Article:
-the totally unjustified invasion and occupation by the U.S. of Iraq in 2003, one of the most tragic mistakes of all of American history;
- the imprisonment, torture, and killing of people who, not surprisingly, did not like our invasion of their country;
- the current devastating sanctions on Iran.
Other grievances elsewhere in the region would include: 18 years of catastrophic war in Afghanistan; U.S. acquiescence for the Israeli theft of Palestinian land, destruction of homes, and shooting of civilians — some 215 Gazans have been killed by Israeli forces and thousands more injured in an extremely disproportionate response to recent protests; U.S. support for rebels in Syria and Libya.
The list could and should go on, but one more point needs to be made in regards to the current moment of how vast numbers of people in the Middle East view the recent assassination of General Soleimani. Many people there see it quite differently than how that event has been described to American audiences. Whether or not we agree with it, we need to recognize that many people in the Middle East view Soleimani much like Americans view General Lafayette and his aid to American troops in our revolution; military assistance to people living in a time of great fear.
What can we do? First, write to your elected officials, demanding that the U.S. move in the general direction of dampening rather than increasing the conflict. We should not mistake the seriousness of this situation; this could get very much worse very quickly. There is still some wisdom in Washington, and I believe there is wisdom in Teheran amidst the anger. We need to pray for and call upon those wise persons on both sides to act. Tradition holds that the Wise Men of the Christmas story came from the ancient Persian town of Kashan, now in modern Iran. Let us pray that that wisdom emerges once again in both Teheran and Washington so that some sort of face-saving response can be found instead of total warfare.
And demand that the U.S.'s profoundly foolish refusal to grant a visa to Iranian Foreign Minister Mohammed Javad Zarif to address the U.N. be reversed and that he be allowed to visit the U.N. as he is entitled.
Second, if you're a member of a Christian church, we need to re-enage the discussion within American Christianity on the absolute mistake many of us are making of confusing our current stance of violent American aggression with thinking we are somehow achieving the Kingdom of God. Jesus came to teach us to love our enemies. I'm very angry with many of my fellow Christians who unthinkingly back up President Trump and the military-industrial complex's repeated assertion that war is the answer. It is not. Love is the answer. As a Christian, I might note, I'm especially distressed that my country's military aggression can easily be misinterpreted as an expression of Christianity. I'm very angry about that, and I want to stop the besmirching of the good name of our faith which I imperfectly but dearly hold. And our actions are hurting Christian in the Middle East. To my fundamentalist and Evangelical sisters and brothers: can we talk?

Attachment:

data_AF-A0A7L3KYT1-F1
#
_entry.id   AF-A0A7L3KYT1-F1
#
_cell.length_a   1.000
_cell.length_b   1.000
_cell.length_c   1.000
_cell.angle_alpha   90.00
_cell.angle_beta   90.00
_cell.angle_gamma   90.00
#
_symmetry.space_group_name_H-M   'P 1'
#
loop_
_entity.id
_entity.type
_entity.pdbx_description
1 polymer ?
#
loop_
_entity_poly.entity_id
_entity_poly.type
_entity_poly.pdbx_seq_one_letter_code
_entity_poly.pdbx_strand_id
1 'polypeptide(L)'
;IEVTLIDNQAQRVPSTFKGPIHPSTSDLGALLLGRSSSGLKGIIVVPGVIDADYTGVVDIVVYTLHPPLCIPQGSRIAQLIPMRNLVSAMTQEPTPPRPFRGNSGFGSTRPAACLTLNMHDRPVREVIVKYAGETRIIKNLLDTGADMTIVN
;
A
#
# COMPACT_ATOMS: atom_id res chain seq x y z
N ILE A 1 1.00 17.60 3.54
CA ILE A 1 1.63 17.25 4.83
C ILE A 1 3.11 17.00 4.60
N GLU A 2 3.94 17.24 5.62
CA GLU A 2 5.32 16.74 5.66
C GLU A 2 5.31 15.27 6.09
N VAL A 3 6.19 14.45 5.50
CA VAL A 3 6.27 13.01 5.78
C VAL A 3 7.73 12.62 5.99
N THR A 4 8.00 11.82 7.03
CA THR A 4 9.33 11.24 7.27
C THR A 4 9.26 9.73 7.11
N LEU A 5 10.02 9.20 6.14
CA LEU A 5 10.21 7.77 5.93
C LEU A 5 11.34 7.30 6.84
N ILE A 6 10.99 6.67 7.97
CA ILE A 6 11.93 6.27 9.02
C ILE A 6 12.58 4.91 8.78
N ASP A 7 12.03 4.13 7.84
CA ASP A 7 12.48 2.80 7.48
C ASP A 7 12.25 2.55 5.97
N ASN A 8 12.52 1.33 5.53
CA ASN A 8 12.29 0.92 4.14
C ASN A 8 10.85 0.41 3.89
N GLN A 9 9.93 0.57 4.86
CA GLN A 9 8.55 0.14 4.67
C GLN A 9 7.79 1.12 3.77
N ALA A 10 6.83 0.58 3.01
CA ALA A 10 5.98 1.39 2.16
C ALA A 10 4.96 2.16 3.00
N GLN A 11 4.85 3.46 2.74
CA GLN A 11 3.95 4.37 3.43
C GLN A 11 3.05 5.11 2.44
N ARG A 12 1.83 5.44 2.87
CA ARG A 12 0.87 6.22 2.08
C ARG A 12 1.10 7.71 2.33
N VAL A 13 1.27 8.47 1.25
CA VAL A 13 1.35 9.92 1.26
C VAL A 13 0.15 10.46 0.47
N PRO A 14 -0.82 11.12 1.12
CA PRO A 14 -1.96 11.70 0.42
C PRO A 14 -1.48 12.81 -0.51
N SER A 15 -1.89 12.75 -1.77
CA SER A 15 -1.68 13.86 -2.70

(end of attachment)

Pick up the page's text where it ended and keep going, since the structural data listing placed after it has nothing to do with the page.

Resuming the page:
And a very simple third suggestion: have coffee with a neighbor of Middle Eastern heritage. It's a simple first step you can take. The Council on American Islamic Relations (CAIR) is a good organization; there are many others. There are many Christians of Middle Eastern heritage who would be very glad to talk with you. We need to imagine a world of peace using our hearts and we need to think about how to achieve that new world using our heads. And we need to talk. We cannot let another war happen.
Mel Lehman directs Common Humanity, a non-profit organization which does peacemaking through understanding, respect and friendship with the Arab and Muslim world. More at CommonHumanity.org. He is a Mennonite deacon who is available for speaking engagements. Contact him at Info@CommonHumanity.org.